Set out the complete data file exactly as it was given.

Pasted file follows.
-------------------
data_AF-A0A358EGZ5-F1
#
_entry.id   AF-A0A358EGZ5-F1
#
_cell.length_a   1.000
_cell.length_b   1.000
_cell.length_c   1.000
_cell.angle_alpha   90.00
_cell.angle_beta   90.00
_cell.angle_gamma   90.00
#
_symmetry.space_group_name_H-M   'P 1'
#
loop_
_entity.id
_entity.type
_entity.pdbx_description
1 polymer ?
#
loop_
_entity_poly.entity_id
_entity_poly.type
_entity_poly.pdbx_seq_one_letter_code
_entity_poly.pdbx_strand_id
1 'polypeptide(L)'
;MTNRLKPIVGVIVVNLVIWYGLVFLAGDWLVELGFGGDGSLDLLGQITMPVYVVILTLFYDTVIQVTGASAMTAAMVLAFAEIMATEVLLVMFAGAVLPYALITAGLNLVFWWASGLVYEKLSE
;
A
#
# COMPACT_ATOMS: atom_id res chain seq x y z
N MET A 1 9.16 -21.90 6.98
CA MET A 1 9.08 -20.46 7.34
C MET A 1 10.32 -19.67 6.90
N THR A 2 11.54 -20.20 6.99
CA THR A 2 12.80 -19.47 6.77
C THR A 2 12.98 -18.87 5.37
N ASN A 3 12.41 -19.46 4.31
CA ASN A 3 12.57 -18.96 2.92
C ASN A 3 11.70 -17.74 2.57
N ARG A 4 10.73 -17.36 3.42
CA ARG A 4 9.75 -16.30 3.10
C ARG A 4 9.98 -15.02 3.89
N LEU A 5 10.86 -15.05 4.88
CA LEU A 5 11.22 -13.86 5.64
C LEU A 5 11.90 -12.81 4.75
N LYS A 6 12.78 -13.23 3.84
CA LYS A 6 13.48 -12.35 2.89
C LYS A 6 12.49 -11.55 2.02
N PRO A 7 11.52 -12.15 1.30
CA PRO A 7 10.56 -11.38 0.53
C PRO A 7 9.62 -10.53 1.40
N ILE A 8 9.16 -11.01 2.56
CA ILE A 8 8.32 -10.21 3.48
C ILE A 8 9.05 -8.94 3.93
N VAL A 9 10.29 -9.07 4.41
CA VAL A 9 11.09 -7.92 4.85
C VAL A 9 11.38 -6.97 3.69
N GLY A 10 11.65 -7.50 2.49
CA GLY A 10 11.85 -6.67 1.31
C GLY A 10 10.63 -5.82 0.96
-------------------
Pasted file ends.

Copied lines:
data_AF-A0A358EGZ5-F1
#
_entry.id   AF-A0A358EGZ5-F1
#
_cell.length_a   1.000
_cell.length_b   1.000
_cell.length_c   1.000
_cell.angle_alpha   90.00
_cell.angle_beta   90.00
_cell.angle_gamma   90.00
#
_symmetry.space_group_name_H-M   'P 1'
#
loop_
_entity.id
_entity.type
_entity.pdbx_description
1 polymer ?
#
loop_
_entity_poly.entity_id
_entity_poly.type
_entity_poly.pdbx_seq_one_letter_code
_entity_poly.pdbx_strand_id
1 'polypeptide(L)'
;MTNRLKPIVGVIVVNLVIWYGLVFLAGDWLVELGFGGDGSLDLLGQITMPVYVVILTLFYDTVIQVTGASAMTAAMVLAFAEIMATEVLLVMFAGAVLPYALITAGLNLVFWWASGLVYEKLSE
;
A
#
# COMPACT_ATOMS: atom_id res chain seq x y z
N MET A 1 9.16 -21.90 6.98
CA MET A 1 9.08 -20.46 7.34
C MET A 1 10.32 -19.67 6.90
N THR A 2 11.54 -20.20 6.99
CA THR A 2 12.80 -19.47 6.77
C THR A 2 12.98 -18.87 5.37
N ASN A 3 12.41 -19.46 4.31
CA ASN A 3 12.57 -18.96 2.92
C ASN A 3 11.70 -17.74 2.57
N ARG A 4 10.73 -17.36 3.42
CA ARG A 4 9.75 -16.30 3.10
C ARG A 4 9.98 -15.02 3.89
N LEU A 5 10.86 -15.05 4.88
CA LEU A 5 11.22 -13.86 5.64
C LEU A 5 11.90 -12.81 4.75
N LYS A 6 12.78 -13.23 3.84
CA LYS A 6 13.48 -12.35 2.89
C LYS A 6 12.49 -11.55 2.02
N PRO A 7 11.52 -12.15 1.30
CA PRO A 7 10.56 -11.38 0.53
C PRO A 7 9.62 -10.53 1.40
N ILE A 8 9.16 -11.01 2.56
CA ILE A 8 8.32 -10.21 3.48
C ILE A 8 9.05 -8.94 3.93
N VAL A 9 10.29 -9.07 4.41
CA VAL A 9 11.09 -7.92 4.85
C VAL A 9 11.38 -6.97 3.69
N GLY A 10 11.65 -7.50 2.49
CA GLY A 10 11.85 -6.67 1.31
C GLY A 10 10.63 -5.82 0.96